Basic reference material and on-line tools are located at all library locations. Research materials on many subjects including business, laws and regulations, medicine, biographies, art and collectibles, colleges and careers, patents and trademarks, and travel are located at the Ben May Main Library. The system also offers telephone reference assistance, document delivery by fax, reference research appointments, and a variety of reference classes.[7]

Local history and genealogy[edit]

The Local History and Genealogy Division includes works by local authors, Mobile histories, periodicals, Mobile newspapers on microfilm from 1819 to the present, city directories from 1837 onward, federal census records for most of the Southeastern United States, and the Mobile Historic Development Commission's survey of historic architecture in Mobile with 10,000 images stored and indexed on CD-ROM.[7]

Youth services[edit]

This department attempts to meet the needs and interests of children and young adults through the various library collections, services and programs. Books, movie DVDs and VHS, music CDs, audiobooks, back issues of magazines, and video games are available to be checked out. Story time for young children is provided at most library locations.[7]


All branches provide handicapped access, materials, and services for patrons with disabilities. A few of the services provided are magnifying glasses, large type books, closed captioned videos, books for and about the handicapped, and instructional books and videos on sign language. In addition, recorded books on discs and cassettes and the equipment for using them are available on free loan to eligible individuals from the Alabama Regional Library for the Blind and Physically Handicapped in Montgomery, Alabama.[7]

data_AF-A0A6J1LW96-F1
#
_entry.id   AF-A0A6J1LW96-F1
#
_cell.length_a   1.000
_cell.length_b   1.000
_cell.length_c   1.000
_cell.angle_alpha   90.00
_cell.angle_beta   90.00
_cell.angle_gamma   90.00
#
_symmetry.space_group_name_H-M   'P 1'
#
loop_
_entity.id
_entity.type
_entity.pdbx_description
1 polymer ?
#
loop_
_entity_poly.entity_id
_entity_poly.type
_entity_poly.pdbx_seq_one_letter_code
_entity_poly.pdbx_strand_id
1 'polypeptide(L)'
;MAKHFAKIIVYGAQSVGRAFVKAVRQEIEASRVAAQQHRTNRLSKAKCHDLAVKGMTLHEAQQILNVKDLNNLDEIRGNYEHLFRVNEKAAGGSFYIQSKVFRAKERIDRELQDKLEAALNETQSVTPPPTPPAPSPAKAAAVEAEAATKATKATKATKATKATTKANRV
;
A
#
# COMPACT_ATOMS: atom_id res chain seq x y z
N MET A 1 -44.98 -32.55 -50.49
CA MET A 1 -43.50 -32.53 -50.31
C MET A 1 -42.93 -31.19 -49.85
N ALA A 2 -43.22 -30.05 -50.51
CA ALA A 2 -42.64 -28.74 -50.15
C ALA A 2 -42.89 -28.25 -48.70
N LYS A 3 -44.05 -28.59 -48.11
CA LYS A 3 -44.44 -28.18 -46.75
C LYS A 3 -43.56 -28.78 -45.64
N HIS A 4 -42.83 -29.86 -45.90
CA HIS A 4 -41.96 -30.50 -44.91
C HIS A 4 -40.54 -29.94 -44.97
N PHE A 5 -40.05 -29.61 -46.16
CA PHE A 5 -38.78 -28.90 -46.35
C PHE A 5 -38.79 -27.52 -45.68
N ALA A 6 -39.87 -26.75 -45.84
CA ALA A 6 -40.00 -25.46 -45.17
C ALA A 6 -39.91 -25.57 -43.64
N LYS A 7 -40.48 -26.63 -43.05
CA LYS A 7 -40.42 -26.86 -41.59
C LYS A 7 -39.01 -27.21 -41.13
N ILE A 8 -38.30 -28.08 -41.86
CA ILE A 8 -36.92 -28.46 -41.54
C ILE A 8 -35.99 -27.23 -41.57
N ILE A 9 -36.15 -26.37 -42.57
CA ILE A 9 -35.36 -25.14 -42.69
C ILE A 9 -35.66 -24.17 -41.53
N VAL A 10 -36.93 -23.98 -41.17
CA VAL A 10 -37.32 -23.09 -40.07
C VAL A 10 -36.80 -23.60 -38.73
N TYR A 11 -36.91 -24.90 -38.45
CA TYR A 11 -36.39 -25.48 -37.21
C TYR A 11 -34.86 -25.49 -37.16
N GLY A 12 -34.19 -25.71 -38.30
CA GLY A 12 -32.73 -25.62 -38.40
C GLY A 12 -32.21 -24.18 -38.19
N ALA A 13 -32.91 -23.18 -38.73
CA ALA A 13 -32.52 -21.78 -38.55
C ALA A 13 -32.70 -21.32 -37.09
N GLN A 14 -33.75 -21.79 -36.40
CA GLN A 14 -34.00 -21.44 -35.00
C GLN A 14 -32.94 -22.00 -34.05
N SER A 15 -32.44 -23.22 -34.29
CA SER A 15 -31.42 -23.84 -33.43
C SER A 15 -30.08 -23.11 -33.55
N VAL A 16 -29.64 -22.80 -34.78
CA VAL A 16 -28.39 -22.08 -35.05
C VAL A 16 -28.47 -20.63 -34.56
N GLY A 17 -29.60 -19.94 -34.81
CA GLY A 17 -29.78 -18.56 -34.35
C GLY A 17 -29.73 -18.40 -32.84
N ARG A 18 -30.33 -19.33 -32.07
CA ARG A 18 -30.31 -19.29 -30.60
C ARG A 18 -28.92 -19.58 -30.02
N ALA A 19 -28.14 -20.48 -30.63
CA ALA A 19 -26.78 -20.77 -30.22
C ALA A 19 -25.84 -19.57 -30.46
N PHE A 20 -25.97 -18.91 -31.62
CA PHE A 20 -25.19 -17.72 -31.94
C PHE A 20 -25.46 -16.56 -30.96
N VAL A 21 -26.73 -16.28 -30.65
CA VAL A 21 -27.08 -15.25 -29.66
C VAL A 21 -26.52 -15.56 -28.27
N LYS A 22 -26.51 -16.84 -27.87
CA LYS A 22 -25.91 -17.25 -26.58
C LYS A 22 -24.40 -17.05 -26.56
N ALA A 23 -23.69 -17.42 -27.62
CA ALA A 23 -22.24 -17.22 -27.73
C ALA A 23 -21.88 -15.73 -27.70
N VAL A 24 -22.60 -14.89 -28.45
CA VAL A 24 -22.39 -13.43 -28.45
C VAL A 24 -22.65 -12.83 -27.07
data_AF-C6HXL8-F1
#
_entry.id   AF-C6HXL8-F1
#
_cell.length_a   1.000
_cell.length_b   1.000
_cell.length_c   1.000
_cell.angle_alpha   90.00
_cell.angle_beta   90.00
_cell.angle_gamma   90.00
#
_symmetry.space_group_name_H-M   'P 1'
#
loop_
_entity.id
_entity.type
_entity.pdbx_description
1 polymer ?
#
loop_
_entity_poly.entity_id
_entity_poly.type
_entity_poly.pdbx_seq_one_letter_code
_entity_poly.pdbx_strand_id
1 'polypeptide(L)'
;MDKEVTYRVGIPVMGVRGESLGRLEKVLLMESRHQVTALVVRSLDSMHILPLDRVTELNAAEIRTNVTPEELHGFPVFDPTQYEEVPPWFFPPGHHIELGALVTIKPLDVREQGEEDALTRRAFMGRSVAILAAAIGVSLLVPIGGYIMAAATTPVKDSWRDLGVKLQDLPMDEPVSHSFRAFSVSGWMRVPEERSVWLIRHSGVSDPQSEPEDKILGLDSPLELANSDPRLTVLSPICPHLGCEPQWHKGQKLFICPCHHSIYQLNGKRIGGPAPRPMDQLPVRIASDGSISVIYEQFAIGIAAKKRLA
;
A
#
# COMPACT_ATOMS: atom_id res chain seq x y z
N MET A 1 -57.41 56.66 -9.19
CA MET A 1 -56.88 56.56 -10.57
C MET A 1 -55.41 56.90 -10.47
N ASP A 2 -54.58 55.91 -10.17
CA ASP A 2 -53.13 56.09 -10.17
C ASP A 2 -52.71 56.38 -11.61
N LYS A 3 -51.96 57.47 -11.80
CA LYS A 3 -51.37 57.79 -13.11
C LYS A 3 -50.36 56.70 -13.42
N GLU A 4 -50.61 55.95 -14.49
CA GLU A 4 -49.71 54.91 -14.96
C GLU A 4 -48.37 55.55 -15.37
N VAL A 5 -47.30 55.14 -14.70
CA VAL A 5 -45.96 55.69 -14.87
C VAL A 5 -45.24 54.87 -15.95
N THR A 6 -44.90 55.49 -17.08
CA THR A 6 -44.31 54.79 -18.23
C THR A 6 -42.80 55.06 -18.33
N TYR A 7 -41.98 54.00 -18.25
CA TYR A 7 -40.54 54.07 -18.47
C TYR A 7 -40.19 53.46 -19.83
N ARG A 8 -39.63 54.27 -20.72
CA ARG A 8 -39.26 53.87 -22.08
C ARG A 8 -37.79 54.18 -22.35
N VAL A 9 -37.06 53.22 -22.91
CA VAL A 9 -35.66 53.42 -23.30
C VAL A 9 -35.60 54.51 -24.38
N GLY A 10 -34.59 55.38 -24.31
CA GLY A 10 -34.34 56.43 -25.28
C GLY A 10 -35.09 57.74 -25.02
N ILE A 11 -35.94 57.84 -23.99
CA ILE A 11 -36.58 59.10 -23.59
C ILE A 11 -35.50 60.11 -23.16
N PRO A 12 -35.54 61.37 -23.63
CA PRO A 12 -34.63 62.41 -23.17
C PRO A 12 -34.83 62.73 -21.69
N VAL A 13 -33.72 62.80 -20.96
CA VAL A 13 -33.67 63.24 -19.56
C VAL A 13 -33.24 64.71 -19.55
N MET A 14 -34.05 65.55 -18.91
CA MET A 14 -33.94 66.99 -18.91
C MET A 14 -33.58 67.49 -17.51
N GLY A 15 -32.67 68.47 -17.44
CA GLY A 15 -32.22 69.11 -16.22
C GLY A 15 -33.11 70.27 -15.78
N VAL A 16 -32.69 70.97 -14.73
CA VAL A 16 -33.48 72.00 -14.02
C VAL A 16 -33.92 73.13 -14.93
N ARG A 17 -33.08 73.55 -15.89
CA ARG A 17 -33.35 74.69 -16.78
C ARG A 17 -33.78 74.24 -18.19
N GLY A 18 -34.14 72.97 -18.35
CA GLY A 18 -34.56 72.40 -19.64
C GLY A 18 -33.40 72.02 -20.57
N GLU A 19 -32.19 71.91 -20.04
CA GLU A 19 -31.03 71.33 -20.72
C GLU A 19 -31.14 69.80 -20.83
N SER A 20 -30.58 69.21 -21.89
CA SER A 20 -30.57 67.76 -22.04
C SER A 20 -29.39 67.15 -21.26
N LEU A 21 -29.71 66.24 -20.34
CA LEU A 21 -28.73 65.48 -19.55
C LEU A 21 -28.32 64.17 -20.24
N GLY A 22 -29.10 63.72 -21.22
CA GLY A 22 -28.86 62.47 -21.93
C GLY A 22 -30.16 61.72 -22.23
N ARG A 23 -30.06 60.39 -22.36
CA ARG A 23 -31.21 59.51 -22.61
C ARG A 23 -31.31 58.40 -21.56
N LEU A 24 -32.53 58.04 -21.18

The library operates a bookmobile three days a week at over 30 different stops across Mobile County. Each location is visited every three weeks.


The system consists of nine branches and a local history and genealogy division.[8]


  1. ^ a b c "Mrs. Bush's Remarks at Mobile Western Regional Public Library Opening". "White House: Office of the First Lady". 16 October 2002. Retrieved 2008-01-28. 
  2. ^ a b c "Mobile Public Library". "Library Technology Guides". Retrieved 2008-01-28. 
  3. ^ "Funding Agencies". "Mobile Public Library". Retrieved 2007-12-31. 
  4. ^ a b c Thomason, Michael. Mobile : the new history of Alabama's first city,pages 201-202. Tuscaloosa : University of Alabama Press, 2001. ISBN 0-8173-1065-7
  5. ^ National Park Service (2010-07-09). "National Register Information System". National Register of Historic Places. National Park Service. 
  6. ^ "Expansion Project". "Mobile Public Library". Retrieved 2008-01-28. 
  7. ^ a b c d "Library Services". "Mobile Public Library". Retrieved 2007-12-31. 
  8. ^ "Mobile Public Library Locations". "Mobile Public Library". Retrieved 2007-12-31. 

Coordinates: 30°41′12″N 88°03′02″W / 30.6867°N 88.0506°W / 30.6867; -88.0506